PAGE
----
Restrictive and Nonrestrictive Appositives

Here’s an easy example to help you remember the difference between restrictive and nonrestrictive appositives. If I have one sister, and I write “My sister, Meg, is coming to visit,” I use commas to set off my sister’s name because she’s the only one I have—it’s nonrestrictive, it doesn’t change the meaning. It’s a direct renaming of my sister.

But if I have two sisters, then I would have to leave out the commas and write, “My sister Meg is coming to visit.” “Meg” is still an appositive—it’s naming my sister—but it’s a restrictive appositive because it’s changing the meaning, it’s telling you which of my two sisters is coming.

Appositives in Richer Sentences

Many of the examples you’ll find of appositives in grammar books use names like this as examples because it’s an easy, clear way of showing the difference between restrictive and nonrestrictive appositives, but now you can see how they work more broadly by considering the Garmin ad.

You’ll often find appositive phrases in fiction too, and now you’ll know why these phrases are set off with a comma. Here are a couple of examples from novels I had sitting on my desk. The first one is from In the Shade of the Banyan by Vaddey Ratner:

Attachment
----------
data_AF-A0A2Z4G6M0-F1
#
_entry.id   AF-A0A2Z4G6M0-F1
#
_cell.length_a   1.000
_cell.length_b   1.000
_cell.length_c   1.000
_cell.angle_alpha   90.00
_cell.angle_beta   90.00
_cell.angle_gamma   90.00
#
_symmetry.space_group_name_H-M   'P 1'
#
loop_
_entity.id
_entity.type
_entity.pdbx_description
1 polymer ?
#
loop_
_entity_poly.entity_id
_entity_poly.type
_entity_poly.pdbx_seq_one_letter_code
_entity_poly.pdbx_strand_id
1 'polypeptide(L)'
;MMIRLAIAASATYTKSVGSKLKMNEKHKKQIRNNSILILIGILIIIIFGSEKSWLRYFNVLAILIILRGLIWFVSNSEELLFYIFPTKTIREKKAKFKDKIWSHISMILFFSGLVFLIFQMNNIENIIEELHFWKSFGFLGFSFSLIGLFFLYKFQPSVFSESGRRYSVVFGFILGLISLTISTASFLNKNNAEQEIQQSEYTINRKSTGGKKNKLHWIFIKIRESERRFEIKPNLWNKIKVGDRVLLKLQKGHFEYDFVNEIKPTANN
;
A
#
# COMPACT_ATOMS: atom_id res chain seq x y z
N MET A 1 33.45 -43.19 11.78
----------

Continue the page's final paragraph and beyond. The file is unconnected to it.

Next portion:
Finally, when it felt like we’d traveled to the edge of the world, one of the soldiers announced that we’d reached Prey Veng, a province whose name means “endless forest.”

“A province whose name means ‘endless forest’ ” is an appositive because it’s saying what Prey Veng is. It’s a noun phrase that is just telling us in a different way what the noun was that came before the comma.

Here’s another one from the novel Fated by Alyson Nöel:

“But Daire, we’ve been given a chance, an opportunity to help you in a nonclinical, all-natural kind of way, and I feel we have to at least give it a go.”

“An opportunity to help you in a nonclinical, all-natural kind of way” is an appositive in this sentence, and it’s set off by commas. It’s just telling us what the speaker considers a chance to be.

What We Learned